With a quartet of area players steeped in jazz and other genres, the band Evening Sky occupies a unique place in the music world. The band plays a style they loosely refer to as “roots jazz.”
So what is “roots-jazz?” I spoke to well-known local musician and bassist Joe Potenza to learn more about the genre and Evening Sky’s new release. First order of business, just getting out and doing live shows.
“It’s getting a little busier lately which is a pleasant surprise,” said Potenza. “Of course, as we’ve kind of learned, it could all go south at any minute. I’ve tried to embrace the uncertainty lately.”
Potenza recalled when the pandemic restrictions went into effect two years ago.
“I was doing a brunch gig on March 15th, I think it was a Sunday. I was due to start at noon at a restaurant and someone said ‘let’s watch the press conference first.’ And then the Governor came on and shut everything down … we played a set and then went home for two years,” lamented Potenza.
Two years later, the new album, The Desert at Night is out. “As of Friday March 4th, the recording became available for streaming and downloading on Bandcamp. We’ll have copies of the CD at the show,” said Potenza.
So what does the music sound like?
“I don’t know that we necessarily want to be pegged by a lot of people as a jazz band … I’d say we are jazz informed, in the sense that there’s a lot of improvisation, the way we approach the compositions. There’s a tune on there called “Bill’s Porch” which is kind of a slow, spacey sort of thing. The title comes from the fact that it was inspired by Bill Frisell. Now, is Bill Frisell a jazz player or is bill an Americana guy? The answer is yes,” joked Potenza.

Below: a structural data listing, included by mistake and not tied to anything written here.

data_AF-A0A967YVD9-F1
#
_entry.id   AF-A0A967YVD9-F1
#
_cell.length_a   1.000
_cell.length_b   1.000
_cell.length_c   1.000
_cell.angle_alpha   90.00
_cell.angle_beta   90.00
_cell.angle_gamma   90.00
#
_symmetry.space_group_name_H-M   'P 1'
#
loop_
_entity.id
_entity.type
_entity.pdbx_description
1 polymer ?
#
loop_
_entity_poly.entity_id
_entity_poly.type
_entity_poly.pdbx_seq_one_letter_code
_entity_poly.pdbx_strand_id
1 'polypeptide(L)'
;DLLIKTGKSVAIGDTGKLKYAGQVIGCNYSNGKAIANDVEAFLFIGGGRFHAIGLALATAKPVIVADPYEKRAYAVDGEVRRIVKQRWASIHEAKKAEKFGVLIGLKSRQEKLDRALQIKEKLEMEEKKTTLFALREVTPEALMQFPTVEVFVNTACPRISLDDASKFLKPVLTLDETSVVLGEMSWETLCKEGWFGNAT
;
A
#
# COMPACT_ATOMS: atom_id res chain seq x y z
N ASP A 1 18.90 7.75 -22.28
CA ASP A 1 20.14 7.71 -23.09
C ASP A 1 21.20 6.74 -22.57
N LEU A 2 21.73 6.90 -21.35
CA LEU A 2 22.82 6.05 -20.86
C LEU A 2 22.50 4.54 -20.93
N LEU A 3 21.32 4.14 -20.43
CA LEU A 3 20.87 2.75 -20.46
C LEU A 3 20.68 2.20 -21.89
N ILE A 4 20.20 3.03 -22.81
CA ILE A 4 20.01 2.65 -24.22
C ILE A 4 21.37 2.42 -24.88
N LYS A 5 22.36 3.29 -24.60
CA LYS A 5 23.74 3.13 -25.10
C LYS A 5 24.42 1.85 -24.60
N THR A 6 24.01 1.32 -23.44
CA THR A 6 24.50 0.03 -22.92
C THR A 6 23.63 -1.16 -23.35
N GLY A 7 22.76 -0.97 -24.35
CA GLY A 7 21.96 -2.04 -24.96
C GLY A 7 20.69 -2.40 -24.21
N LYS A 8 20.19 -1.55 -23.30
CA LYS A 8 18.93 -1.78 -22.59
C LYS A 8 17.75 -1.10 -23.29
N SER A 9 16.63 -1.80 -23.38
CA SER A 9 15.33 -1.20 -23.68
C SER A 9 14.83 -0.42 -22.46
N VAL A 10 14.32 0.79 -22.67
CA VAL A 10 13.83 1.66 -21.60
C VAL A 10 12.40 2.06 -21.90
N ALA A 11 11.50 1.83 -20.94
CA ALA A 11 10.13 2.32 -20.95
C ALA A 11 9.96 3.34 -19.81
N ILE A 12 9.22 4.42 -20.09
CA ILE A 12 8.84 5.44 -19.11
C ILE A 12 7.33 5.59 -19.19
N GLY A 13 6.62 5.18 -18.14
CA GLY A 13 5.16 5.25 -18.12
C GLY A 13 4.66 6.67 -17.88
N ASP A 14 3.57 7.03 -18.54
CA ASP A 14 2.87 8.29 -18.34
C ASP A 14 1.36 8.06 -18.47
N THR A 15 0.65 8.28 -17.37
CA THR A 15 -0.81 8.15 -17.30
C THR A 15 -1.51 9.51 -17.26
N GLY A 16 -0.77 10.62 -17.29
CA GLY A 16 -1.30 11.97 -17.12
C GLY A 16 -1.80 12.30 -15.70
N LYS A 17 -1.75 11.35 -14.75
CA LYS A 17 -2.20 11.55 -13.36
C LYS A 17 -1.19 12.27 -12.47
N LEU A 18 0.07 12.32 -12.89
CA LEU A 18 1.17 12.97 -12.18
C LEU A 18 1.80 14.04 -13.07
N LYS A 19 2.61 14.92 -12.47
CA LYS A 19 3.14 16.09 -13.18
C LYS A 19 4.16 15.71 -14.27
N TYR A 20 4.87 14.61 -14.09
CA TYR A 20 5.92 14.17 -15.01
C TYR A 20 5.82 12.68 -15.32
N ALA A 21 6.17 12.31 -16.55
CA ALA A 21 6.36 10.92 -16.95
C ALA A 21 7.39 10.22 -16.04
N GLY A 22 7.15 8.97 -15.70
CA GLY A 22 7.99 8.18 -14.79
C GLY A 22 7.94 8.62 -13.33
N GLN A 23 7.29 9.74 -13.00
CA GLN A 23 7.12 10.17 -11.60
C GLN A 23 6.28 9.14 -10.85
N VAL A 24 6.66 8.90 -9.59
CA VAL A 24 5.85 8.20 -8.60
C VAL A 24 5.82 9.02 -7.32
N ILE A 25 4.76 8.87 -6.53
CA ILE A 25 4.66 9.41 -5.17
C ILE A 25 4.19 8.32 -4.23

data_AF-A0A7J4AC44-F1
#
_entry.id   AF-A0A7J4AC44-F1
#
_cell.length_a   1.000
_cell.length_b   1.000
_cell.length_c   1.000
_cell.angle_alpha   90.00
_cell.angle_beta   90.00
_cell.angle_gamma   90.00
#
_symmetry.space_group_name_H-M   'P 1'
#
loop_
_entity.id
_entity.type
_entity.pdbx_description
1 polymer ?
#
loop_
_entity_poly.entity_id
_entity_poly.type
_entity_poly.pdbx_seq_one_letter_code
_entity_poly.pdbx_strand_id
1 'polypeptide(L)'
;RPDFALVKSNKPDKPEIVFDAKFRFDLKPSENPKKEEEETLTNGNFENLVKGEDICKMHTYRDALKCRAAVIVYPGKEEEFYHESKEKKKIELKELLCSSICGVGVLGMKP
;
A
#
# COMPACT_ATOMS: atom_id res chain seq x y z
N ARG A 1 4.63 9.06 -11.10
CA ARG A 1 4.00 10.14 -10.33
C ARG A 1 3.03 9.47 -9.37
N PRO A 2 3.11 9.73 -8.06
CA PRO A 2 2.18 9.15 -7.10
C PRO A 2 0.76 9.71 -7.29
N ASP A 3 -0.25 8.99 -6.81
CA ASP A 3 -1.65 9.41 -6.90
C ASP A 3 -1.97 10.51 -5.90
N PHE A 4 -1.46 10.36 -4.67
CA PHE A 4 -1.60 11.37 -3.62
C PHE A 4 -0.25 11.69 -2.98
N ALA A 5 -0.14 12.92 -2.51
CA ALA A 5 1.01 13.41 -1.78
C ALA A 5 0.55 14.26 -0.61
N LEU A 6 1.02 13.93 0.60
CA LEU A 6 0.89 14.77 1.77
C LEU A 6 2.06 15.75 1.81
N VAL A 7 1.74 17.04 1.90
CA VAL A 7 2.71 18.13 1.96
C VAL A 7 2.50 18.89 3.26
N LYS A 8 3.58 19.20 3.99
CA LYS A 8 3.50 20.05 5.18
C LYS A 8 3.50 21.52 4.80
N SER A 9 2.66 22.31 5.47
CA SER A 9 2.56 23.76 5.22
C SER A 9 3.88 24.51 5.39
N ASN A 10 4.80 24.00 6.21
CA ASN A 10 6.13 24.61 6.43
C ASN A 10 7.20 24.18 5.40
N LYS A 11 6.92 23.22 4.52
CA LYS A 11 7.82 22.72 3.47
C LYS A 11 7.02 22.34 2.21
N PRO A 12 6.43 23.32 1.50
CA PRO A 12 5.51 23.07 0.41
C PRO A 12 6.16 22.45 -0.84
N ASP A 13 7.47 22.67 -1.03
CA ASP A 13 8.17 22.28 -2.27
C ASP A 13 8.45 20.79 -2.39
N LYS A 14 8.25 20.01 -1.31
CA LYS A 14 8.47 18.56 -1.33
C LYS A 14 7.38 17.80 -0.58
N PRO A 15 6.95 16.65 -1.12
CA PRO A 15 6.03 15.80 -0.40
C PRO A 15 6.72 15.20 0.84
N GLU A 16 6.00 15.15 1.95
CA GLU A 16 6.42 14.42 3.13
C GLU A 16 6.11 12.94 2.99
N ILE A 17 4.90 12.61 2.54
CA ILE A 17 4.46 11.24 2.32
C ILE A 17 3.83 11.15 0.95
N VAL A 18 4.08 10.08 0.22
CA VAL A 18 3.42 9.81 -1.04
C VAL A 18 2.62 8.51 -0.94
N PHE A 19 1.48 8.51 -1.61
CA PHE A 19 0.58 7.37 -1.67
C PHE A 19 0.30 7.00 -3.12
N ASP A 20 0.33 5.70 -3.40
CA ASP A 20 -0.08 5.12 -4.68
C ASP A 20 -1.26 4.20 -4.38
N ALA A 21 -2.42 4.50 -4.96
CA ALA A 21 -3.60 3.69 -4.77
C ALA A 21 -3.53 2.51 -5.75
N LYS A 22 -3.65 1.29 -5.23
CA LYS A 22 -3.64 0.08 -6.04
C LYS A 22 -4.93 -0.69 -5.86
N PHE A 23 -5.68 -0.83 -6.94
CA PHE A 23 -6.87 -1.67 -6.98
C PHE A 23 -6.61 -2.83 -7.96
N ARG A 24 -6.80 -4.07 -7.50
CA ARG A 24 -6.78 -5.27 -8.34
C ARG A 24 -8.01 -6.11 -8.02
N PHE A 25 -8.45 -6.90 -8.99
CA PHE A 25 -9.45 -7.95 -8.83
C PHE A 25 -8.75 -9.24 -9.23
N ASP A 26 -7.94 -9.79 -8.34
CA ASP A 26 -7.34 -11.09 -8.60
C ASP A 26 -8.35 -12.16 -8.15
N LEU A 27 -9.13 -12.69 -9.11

“So it’s not one or the other of those styles, ‘Bills Porch,’ for example, even when we do it live, it opens up. It’s very wide open but not aggressive improvisation, sometimes it sounds like Bill Frisell, sometimes it sounds like the Grateful Dead. We grew up listening to that stuff too,” explained Potenza.
“On the other hand, the improvisation is informed by guys who have jazz in their background. Then there’s other tunes that are straight-up blues or funk, and also a couple that feature Wendy Klein, the flutist who has joined. Those have more of a jazz feel, they’re in ¾, and they swing a little bit more.”
When listening to Evening Sky, music fans might have to think out a little outside the box.
“This has been the message…. we want to get people to just hear the band because they’re going to be surprised. If they’re jazz fans, and they see a pedal steel guitar and curl up their nose and think they’re not gonna like it, well, they’re gonna like it. Because our pedal steel player understands Bill Frisell and John Coltrane,” Potenza explained.
Given the blended identity, choosing a band name was a bit of a challenge for Evening Sky.
“We didn’t want to name it something like Jazz the Prairie or something like that, or overtly use the word Americana or roots,” said Pontenza.
He explained that the name comes from the feeling the band evokes. “We think it kind of evokes a peaceful feeling, but maybe a little bit ominous, there’s a lot of the unknown in the night sky.”
The core band includes Potenza on bass, Eric Hastings on drums, Chris Brooks on pedal steel guitar, and Gino Rosati on guitars. The album release party will also feature flutist Wendy Klein, who directs the jazz programs at the RI Philharmonic School of Music. “She is a great improviser and was in Joe Parillo’s ensemble for years. Gino wrote a couple of tunes with her in mind,” said Potenza.
Post pandemic, the band is looking forward to doing more live gigs in the coming months. “The Parlour in Providence has let us have the second Saturday of every month, from 5 PM-8PM. They’ve been great, we did live streams there and they let us shoot a video in the bar.” We want to find venues where people really want to listen to the band.”